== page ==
Real life rather rudely intruded on this week's noble ambition of lying around watching cricket, but the Surrey-Glamorgan pro-40 do at the Oval should not pass without comment. The bald reality of the result on the scorecard, Surrey win by 39 runs [d/l method], is a bit like describing Moby-Dick as a book about a bloke chasing a whale. It's true, but there's a little bit more to it than that.
Like Ahab, Glamorgan were pursuing something massive in dodgy weather - 386 from 38, which was D/L-ed 'down' to 227 from 20. Enter the dragon, Mark Cosgrove, floating across the floodlit green in Glamorgan's fire-engine red kit, an item of fashion that on the more slender fellow looks like something Culture Club might have worn on Top Of The Pops, but stretched across the mighty Cossie frame resembles a top-notch darts star approaching the oche.
Underneath his helmet, Cosgrove also has the look of a heavier Barry Richards - it's something to do with the toothy smirk and fuzz of hair - and he carries with him the same sense of the possible. He thrashed a gloriously defiant 88 from 55 in a dead-loss of a chase, but by god there was something magnificent about it, too. His eye is extraordinary. Many times he backed away to leg, and if the ball didn't quite land in the slot, he simply dropped the bat on it with the same insouciance as a golfer tapping in a putt one-handed. When he swung and connected, the ball departed the arena with sonic force. No-one has bat-speed like Cossie's.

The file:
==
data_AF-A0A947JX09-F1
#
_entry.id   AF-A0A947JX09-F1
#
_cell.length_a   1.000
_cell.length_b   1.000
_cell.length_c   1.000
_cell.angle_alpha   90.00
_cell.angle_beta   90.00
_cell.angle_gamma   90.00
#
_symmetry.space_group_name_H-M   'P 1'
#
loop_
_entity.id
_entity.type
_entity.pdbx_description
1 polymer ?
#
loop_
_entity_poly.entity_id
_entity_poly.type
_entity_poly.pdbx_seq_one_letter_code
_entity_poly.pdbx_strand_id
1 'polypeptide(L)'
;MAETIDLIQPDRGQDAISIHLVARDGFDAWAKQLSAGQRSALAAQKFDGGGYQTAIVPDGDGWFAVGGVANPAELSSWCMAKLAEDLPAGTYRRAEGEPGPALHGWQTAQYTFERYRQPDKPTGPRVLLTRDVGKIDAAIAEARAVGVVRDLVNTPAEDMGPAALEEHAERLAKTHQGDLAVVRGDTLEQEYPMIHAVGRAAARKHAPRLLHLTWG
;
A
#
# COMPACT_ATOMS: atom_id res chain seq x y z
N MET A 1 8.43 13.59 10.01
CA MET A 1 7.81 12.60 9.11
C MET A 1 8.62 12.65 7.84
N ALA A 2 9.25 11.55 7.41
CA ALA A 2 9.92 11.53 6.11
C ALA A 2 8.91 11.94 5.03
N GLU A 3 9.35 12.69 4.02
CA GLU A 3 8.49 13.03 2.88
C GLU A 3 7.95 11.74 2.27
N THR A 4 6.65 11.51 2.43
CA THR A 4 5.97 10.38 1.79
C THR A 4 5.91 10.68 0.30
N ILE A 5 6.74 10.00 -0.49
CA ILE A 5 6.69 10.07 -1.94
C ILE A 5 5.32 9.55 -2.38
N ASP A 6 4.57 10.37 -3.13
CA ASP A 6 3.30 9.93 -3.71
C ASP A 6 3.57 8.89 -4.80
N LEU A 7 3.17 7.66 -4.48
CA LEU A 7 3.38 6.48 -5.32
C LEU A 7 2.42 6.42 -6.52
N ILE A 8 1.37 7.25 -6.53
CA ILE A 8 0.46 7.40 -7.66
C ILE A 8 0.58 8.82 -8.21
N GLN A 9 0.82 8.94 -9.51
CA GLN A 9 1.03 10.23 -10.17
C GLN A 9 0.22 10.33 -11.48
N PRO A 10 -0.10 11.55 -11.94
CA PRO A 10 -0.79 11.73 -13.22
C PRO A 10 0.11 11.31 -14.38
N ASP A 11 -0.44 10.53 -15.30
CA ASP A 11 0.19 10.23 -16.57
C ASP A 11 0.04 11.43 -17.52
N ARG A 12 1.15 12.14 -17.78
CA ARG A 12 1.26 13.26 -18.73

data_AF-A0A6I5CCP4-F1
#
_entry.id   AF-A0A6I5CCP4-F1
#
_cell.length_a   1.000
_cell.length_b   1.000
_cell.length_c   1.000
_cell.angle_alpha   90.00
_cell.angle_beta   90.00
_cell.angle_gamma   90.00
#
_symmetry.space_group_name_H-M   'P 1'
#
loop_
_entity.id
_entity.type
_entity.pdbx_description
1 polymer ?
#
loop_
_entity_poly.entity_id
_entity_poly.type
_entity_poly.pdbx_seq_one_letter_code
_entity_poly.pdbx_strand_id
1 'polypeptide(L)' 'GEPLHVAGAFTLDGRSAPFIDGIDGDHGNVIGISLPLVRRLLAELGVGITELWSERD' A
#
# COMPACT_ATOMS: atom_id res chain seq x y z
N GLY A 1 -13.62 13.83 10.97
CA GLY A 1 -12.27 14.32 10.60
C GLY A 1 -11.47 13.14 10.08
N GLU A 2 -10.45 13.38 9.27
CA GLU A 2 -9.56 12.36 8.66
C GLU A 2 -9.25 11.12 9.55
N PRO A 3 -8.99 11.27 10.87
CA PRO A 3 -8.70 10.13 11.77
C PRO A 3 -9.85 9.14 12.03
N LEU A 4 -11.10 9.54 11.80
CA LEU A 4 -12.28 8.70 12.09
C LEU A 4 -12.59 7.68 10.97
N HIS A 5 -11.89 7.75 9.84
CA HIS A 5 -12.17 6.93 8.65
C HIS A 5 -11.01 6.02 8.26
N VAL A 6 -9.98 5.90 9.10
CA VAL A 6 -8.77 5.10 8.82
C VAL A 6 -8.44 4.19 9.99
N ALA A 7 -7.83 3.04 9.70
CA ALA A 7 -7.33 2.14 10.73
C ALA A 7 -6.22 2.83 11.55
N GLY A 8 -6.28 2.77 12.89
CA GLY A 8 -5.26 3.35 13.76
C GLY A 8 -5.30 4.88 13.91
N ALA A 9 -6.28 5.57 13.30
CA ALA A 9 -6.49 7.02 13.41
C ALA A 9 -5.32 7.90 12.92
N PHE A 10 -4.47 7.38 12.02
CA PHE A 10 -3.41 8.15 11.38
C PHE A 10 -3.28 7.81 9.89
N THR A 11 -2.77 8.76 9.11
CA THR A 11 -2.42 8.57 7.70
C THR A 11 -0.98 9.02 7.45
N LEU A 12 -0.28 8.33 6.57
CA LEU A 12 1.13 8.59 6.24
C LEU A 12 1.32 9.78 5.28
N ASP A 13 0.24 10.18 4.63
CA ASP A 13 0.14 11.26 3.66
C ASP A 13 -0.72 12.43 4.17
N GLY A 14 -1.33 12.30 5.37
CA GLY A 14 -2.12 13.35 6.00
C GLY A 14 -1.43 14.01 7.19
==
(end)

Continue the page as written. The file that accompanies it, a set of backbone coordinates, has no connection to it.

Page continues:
Everything he does is set against the backdrop of his size. The commentators have a sob in their voice as they describe his travails with the ACB. 'If only' is the default position on his career. Yet there is an alternative view. Cosgrove is actually keeping cricket democratic. He could buckle down to the protein shake and push-up routine if he really wanted to, but he doesn't. Instead, he's a maverick figure, a lone sail on the horizon, a big man who knows that, in the end, it's just a game so why not enjoy it as you want to?
It makes him more human and more watchable. He's one of cricket's great archetypes and I'd bet that more kids will pick up a bat through seeing him than will through watching Marcus North.